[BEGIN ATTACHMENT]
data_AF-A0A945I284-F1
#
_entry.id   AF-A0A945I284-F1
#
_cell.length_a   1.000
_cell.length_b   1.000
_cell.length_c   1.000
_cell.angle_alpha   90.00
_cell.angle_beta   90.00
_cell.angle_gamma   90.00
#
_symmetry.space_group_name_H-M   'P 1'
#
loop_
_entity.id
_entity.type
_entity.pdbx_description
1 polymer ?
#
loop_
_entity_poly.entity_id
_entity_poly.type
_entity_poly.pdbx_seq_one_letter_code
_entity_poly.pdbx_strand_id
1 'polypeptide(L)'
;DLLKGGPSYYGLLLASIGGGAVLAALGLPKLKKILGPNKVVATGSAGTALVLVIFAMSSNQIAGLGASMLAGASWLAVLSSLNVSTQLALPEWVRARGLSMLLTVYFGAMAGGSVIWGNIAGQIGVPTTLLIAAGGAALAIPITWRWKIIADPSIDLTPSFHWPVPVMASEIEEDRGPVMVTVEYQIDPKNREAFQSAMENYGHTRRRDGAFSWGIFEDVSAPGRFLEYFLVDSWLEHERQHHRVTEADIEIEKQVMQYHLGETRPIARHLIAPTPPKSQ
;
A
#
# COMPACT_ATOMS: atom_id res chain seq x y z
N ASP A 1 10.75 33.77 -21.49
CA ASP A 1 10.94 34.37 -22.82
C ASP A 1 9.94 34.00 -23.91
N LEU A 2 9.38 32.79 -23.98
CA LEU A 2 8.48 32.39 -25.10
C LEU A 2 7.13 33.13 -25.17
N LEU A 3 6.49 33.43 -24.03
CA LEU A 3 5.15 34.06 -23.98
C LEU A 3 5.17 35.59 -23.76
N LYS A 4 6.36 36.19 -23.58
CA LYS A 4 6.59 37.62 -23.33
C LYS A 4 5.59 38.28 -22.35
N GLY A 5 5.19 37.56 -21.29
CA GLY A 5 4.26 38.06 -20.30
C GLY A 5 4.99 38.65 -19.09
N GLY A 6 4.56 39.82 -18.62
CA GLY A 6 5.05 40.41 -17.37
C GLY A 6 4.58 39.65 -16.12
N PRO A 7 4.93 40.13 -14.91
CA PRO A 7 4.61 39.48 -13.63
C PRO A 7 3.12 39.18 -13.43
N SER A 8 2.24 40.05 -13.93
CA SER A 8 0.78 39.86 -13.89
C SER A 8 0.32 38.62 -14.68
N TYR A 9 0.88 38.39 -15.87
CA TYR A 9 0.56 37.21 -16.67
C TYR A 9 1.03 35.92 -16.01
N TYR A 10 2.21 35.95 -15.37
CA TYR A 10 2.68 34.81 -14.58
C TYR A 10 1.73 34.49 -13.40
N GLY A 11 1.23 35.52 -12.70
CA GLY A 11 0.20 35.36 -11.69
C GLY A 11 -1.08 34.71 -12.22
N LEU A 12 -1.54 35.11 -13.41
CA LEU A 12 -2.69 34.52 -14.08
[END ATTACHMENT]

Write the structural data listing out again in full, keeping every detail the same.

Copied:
data_AF-A0A945I284-F1
#
_entry.id   AF-A0A945I284-F1
#
_cell.length_a   1.000
_cell.length_b   1.000
_cell.length_c   1.000
_cell.angle_alpha   90.00
_cell.angle_beta   90.00
_cell.angle_gamma   90.00
#
_symmetry.space_group_name_H-M   'P 1'
#
loop_
_entity.id
_entity.type
_entity.pdbx_description
1 polymer ?
#
loop_
_entity_poly.entity_id
_entity_poly.type
_entity_poly.pdbx_seq_one_letter_code
_entity_poly.pdbx_strand_id
1 'polypeptide(L)'
;DLLKGGPSYYGLLLASIGGGAVLAALGLPKLKKILGPNKVVATGSAGTALVLVIFAMSSNQIAGLGASMLAGASWLAVLSSLNVSTQLALPEWVRARGLSMLLTVYFGAMAGGSVIWGNIAGQIGVPTTLLIAAGGAALAIPITWRWKIIADPSIDLTPSFHWPVPVMASEIEEDRGPVMVTVEYQIDPKNREAFQSAMENYGHTRRRDGAFSWGIFEDVSAPGRFLEYFLVDSWLEHERQHHRVTEADIEIEKQVMQYHLGETRPIARHLIAPTPPKSQ
;
A
#
# COMPACT_ATOMS: atom_id res chain seq x y z
N ASP A 1 10.75 33.77 -21.49
CA ASP A 1 10.94 34.37 -22.82
C ASP A 1 9.94 34.00 -23.91
N LEU A 2 9.38 32.79 -23.98
CA LEU A 2 8.48 32.39 -25.10
C LEU A 2 7.13 33.13 -25.17
N LEU A 3 6.49 33.43 -24.03
CA LEU A 3 5.15 34.06 -23.98
C LEU A 3 5.17 35.59 -23.76
N LYS A 4 6.36 36.19 -23.58
CA LYS A 4 6.59 37.62 -23.33
C LYS A 4 5.59 38.28 -22.35
N GLY A 5 5.19 37.56 -21.29
CA GLY A 5 4.26 38.06 -20.30
C GLY A 5 4.99 38.65 -19.09
N GLY A 6 4.56 39.82 -18.62
CA GLY A 6 5.05 40.41 -17.37
C GLY A 6 4.58 39.65 -16.12
N PRO A 7 4.93 40.13 -14.91
CA PRO A 7 4.61 39.48 -13.63
C PRO A 7 3.12 39.18 -13.43
N SER A 8 2.24 40.05 -13.93
CA SER A 8 0.78 39.86 -13.89
C SER A 8 0.32 38.62 -14.68
N TYR A 9 0.88 38.39 -15.87
CA TYR A 9 0.56 37.21 -16.67
C TYR A 9 1.03 35.92 -16.01
N TYR A 10 2.21 35.95 -15.37
CA TYR A 10 2.68 34.81 -14.58
C TYR A 10 1.73 34.49 -13.40
N GLY A 11 1.23 35.52 -12.70
CA GLY A 11 0.20 35.36 -11.69
C GLY A 11 -1.08 34.71 -12.22
N LEU A 12 -1.54 35.11 -13.41
CA LEU A 12 -2.69 34.52 -14.08